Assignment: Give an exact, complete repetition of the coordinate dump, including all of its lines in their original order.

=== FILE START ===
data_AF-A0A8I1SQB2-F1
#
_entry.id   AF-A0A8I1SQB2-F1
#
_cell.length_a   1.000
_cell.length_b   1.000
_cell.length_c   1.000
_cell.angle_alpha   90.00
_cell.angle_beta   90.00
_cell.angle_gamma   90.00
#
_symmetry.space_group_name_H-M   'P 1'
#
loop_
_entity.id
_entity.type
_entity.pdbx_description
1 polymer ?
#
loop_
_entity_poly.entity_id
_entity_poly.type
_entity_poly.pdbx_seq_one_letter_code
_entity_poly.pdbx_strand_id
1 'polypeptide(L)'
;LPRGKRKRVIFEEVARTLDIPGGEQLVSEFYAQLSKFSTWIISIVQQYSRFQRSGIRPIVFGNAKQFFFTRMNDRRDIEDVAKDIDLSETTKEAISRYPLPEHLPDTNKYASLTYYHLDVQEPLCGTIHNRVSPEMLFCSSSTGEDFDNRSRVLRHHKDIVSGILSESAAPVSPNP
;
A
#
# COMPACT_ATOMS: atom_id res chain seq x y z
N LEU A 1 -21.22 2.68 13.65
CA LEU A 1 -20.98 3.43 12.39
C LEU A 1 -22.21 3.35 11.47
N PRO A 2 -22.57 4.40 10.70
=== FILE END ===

data_AF-A0A8I1SQB2-F1
#
_entry.id   AF-A0A8I1SQB2-F1
#
_cell.length_a   1.000
_cell.length_b   1.000
_cell.length_c   1.000
_cell.angle_alpha   90.00
_cell.angle_beta   90.00
_cell.angle_gamma   90.00
#
_symmetry.space_group_name_H-M   'P 1'
#
loop_
_entity.id
_entity.type
_entity.pdbx_description
1 polymer ?
#
loop_
_entity_poly.entity_id
_entity_poly.type
_entity_poly.pdbx_seq_one_letter_code
_entity_poly.pdbx_strand_id
1 'polypeptide(L)'
;LPRGKRKRVIFEEVARTLDIPGGEQLVSEFYAQLSKFSTWIISIVQQYSRFQRSGIRPIVFGNAKQFFFTRMNDRRDIEDVAKDIDLSETTKEAISRYPLPEHLPDTNKYASLTYYHLDVQEPLCGTIHNRVSPEMLFCSSSTGEDFDNRSRVLRHHKDIVSGILSESAAPVSPNP
;
A
#
# COMPACT_ATOMS: atom_id res chain seq x y z
N LEU A 1 -21.22 2.68 13.65
CA LEU A 1 -20.98 3.43 12.39
C LEU A 1 -22.21 3.35 11.47
N PRO A 2 -22.57 4.40 10.70